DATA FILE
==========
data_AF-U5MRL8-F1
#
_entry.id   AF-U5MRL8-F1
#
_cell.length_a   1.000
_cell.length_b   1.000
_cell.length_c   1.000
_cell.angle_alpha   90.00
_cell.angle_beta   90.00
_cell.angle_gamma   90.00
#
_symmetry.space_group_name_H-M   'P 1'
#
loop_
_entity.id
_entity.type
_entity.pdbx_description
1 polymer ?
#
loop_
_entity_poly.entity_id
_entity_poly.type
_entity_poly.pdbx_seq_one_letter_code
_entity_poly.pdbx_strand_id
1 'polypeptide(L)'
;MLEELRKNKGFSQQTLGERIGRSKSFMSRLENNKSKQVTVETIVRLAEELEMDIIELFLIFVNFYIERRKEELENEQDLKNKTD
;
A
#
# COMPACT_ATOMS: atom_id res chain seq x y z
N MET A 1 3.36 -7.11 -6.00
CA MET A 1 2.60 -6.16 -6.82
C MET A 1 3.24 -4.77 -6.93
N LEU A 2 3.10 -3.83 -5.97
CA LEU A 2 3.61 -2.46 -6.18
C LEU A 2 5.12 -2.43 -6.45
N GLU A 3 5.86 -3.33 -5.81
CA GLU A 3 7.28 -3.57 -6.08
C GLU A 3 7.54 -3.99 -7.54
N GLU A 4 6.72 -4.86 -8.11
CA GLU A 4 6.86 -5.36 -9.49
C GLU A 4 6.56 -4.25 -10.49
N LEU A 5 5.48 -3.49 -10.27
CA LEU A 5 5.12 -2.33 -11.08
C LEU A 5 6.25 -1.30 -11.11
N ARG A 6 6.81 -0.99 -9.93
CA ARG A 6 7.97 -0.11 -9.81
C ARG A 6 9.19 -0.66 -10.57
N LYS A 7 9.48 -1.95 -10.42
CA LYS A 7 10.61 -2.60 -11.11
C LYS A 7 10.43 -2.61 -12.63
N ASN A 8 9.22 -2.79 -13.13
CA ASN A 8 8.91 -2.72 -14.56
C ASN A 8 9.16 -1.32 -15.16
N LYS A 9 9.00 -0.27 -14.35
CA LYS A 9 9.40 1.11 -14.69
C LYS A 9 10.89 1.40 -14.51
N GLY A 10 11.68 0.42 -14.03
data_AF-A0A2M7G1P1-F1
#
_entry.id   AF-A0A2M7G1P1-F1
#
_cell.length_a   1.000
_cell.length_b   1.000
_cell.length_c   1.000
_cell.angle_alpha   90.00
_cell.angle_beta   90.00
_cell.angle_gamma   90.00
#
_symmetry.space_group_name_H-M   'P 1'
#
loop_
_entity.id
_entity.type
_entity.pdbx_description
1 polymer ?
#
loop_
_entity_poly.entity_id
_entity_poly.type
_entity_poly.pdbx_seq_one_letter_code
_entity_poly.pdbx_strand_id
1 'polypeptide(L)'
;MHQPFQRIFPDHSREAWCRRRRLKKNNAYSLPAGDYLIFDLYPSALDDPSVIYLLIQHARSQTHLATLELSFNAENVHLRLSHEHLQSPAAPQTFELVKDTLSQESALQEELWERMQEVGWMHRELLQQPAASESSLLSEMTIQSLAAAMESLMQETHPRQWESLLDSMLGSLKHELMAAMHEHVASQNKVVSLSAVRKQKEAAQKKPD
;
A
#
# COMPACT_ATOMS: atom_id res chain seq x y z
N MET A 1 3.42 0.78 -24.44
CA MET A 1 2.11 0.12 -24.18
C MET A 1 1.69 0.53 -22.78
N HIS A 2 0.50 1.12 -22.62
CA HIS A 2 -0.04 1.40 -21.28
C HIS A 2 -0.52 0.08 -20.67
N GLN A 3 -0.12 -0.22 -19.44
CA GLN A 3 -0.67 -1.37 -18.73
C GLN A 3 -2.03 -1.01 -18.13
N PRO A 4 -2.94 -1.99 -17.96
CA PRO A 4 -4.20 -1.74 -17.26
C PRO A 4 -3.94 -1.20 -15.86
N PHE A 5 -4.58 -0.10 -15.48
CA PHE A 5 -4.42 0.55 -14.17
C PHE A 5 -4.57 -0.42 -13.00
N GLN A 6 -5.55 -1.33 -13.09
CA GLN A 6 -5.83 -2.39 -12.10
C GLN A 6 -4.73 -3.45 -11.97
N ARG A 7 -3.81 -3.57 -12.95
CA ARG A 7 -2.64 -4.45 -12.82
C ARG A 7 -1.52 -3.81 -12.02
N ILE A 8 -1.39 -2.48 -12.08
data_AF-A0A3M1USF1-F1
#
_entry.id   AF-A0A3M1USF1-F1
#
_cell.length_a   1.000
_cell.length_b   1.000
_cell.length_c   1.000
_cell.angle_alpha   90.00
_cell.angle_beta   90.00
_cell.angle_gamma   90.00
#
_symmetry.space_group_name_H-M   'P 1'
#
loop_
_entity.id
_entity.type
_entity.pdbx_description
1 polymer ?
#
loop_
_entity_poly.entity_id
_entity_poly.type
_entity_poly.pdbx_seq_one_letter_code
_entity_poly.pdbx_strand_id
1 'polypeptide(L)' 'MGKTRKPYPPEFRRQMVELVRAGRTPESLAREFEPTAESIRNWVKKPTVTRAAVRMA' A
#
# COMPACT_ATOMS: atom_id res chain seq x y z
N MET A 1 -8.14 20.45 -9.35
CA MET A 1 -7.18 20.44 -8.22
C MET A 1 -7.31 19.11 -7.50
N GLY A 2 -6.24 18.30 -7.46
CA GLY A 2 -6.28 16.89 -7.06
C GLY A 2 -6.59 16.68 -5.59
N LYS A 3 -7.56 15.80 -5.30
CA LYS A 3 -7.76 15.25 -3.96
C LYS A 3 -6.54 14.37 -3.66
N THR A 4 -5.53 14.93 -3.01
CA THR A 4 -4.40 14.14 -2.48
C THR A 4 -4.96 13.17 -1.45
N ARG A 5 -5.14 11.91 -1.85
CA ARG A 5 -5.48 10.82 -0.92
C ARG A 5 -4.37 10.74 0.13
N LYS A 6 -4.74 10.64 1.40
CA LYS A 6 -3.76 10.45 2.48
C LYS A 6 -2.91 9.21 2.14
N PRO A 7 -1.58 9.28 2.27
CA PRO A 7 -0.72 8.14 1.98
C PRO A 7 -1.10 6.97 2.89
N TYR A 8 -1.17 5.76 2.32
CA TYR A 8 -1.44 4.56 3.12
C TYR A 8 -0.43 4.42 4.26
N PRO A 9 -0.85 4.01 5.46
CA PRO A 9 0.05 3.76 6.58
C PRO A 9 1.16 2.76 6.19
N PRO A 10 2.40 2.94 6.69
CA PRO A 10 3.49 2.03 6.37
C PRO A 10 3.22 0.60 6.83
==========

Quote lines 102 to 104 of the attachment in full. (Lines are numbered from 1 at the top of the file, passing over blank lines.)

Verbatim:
CA PHE A 5 -4.42 0.55 -14.17
C PHE A 5 -4.57 -0.42 -13.00
N GLN A 6 -5.55 -1.33 -13.09